Moses was keeping the flock of his father-in-law Jethro, the priest of Midian; he led his flock beyond the wilderness, and came to Horeb, the mountain of God.  There the angel of the Lord appeared to him in a flame of fire out of a bush; he looked, and the bush was blazing, yet it was not consumed.  Then Moses said, “I must turn aside and look at this great sight, and see why the bush is not burned up.”  When the Lord saw that he had turned aside to see, God called to him out of the bush, “Moses, Moses!” And he said, “Here I am.”  Then he said, “Come no closer! Remove the sandals from your feet, for the place on which you are standing is holy ground.”  He said further, “I am the God of your father, the God of Abraham, the God of Isaac, and the God of Jacob.” And Moses hid his face, for he was afraid to look at God. Then the Lord said, “I have observed the misery of my people who are in Egypt; I have heard their cry on account of their taskmasters. Indeed, I know their sufferings,  and I have come down to deliver them from the Egyptians, and to bring them up out of that land to a good and broad land, a land flowing with milk and honey, to the country of the Canaanites, the Hittites, the Amorites, the Perizzites, the Hivites, and the Jebusites.  The cry of the Israelites has now come to me; I have also seen how the Egyptians oppress them.  So come, I will send you to Pharaoh to bring my people, the Israelites, out of Egypt.”  But Moses said to God, “Who am I that I should go to Pharaoh, and bring the Israelites out of Egypt?”  He said, “I will be with you; and this shall be the sign for you that it is I who sent you: when you have brought the people out of Egypt, you shall worship God on this mountain.” But Moses said to God, “If I come to the Israelites and say to them, ‘The God of your ancestors has sent me to you,’ and they ask me, ‘What is his name?’ what shall I say to them?”  God said to Moses, “I am who I am.” He said further, “Thus you shall say to the Israelites, ‘I am has sent me to you.’”  God also said to Moses, “Thus you shall say to the Israelites, ‘The Lord, the God of your ancestors, the God of Abraham, the God of Isaac, and the God of Jacob, has sent me to you’: This is my name forever,and this my title for all generations.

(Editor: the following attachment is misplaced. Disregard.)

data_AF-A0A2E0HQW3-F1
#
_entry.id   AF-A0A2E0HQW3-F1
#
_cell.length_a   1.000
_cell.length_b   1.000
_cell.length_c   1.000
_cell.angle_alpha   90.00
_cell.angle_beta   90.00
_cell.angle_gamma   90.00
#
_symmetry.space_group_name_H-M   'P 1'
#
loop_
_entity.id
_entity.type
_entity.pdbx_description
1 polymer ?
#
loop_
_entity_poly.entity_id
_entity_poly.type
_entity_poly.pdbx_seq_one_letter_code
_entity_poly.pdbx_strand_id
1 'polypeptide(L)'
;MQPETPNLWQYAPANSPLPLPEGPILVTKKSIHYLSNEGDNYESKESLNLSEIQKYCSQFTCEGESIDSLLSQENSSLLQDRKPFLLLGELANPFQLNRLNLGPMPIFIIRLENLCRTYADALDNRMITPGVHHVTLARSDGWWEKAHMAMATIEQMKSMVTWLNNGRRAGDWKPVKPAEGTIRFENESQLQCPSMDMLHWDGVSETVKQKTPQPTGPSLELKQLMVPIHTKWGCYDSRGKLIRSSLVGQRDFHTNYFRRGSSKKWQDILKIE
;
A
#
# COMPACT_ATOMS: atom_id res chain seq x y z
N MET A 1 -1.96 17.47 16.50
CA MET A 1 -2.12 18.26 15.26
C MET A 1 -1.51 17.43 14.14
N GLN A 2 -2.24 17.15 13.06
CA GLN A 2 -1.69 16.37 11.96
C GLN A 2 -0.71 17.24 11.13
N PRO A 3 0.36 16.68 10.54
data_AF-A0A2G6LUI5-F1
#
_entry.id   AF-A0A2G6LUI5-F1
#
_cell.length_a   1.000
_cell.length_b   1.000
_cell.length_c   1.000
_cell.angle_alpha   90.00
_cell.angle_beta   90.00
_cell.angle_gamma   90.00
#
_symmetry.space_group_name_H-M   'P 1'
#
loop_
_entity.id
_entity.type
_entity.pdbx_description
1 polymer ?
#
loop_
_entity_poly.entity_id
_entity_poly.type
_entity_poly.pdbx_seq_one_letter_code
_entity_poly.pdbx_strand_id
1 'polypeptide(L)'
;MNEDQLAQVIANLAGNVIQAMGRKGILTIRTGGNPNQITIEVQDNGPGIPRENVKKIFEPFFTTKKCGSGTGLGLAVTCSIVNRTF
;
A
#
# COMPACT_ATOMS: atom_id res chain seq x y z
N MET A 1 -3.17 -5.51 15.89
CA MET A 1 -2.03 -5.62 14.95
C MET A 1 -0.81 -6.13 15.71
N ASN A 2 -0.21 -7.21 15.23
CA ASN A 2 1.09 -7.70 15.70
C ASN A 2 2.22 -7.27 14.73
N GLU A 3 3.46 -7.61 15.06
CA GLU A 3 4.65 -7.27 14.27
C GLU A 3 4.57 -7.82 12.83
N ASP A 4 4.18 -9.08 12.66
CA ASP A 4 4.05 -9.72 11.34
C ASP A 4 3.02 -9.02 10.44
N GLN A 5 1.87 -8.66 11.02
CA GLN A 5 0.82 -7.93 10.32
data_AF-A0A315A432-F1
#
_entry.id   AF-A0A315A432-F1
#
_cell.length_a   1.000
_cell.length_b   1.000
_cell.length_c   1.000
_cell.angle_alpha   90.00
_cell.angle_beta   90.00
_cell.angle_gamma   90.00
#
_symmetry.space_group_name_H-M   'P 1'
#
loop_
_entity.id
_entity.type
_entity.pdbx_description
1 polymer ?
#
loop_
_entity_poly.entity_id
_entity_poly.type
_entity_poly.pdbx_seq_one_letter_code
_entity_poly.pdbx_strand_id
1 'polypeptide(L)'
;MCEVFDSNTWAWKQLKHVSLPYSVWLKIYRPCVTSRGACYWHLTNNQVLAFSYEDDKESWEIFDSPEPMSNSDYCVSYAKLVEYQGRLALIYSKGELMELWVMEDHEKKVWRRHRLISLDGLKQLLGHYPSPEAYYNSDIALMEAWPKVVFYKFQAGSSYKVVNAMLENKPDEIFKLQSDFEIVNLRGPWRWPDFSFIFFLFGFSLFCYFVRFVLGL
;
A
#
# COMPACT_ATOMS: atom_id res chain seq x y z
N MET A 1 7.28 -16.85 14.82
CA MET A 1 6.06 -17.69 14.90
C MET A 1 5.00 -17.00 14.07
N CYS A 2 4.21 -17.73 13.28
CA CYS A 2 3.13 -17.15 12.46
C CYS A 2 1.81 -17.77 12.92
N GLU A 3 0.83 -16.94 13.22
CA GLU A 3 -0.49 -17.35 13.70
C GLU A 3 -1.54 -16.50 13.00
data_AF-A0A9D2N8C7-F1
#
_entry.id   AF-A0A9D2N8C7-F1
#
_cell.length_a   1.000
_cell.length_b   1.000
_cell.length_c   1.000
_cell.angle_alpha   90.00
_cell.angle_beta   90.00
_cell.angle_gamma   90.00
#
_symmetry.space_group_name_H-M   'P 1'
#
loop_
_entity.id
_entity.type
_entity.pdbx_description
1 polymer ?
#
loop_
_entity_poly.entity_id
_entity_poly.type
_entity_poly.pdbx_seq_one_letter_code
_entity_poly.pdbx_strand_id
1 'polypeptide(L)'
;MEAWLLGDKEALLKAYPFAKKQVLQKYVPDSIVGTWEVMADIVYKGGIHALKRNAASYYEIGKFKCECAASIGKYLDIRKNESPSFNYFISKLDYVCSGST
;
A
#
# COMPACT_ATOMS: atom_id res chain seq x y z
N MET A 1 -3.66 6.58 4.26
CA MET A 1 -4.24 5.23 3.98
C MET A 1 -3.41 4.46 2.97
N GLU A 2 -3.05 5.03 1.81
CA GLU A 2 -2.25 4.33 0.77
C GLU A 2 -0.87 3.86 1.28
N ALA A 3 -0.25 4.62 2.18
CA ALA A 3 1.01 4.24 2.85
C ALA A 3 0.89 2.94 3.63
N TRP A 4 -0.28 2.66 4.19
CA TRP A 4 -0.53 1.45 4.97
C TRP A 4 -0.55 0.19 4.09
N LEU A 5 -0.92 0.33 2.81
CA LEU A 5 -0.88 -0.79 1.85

There are a lot of good stories in Exodus, but this one is pivotal to me because it seems to show the roots of ethical monotheism.  At this point in the history of the people that would one day become the Jews, the idea that there was only one god hadn’t really caught on, even among those who identified themselves as Abraham’s descendants. There was a god for the Israelite people, and different gods for the Egyptian and Canaanite peoples. Different gods controlled different territories, so if you moved to a different location you might find your god less powerful than the god that was native to that territory.

Furthermore, the Israelite god had been seemingly inactive for quite a while. 400 years had elapsed between the time of Joseph and the time of Moses, and the children of Israel had languished in slavery for most of that time. They’d heard stories, sure, but God seemed awfully silent. Maybe he didn’t come with them into Egypt? Maybe the Egyptian gods were more powerful? Nerd that I am, I imagine Moses’s encounter with the burning bush to feel a bit like the scene in “The Force Awakens” where Han Solo shows up and tells an incredulous Rey: “There were stories of what happened.” “It’s true, all of it.”

What’s most interesting to me in this story is God’s seemingly cryptic answer when Moses asks him to identify himself.  God responds “I am who I am”. God can’t be named because he can’t be constrained by the limits of the human mind. God can’t be defined; he just is. God refuses to be confined to any kind of box we might want to put him in for purposes of understanding and/or control. That includes the Bible, which points us to God but is not God.

For the children of Abraham, this concept of monotheism took quite a few more years to sink in to the point where they would proclaim their core statement of faith in the Shema as “Hear O Israel, the Lord our God, the Lord is one”. It’s fascinating to watch their understanding of God grow through the centuries, from a tribal god who fought for Team Israel when they were good and against them when they were bad, to a universal God who is not limited to space or time and cares about all people.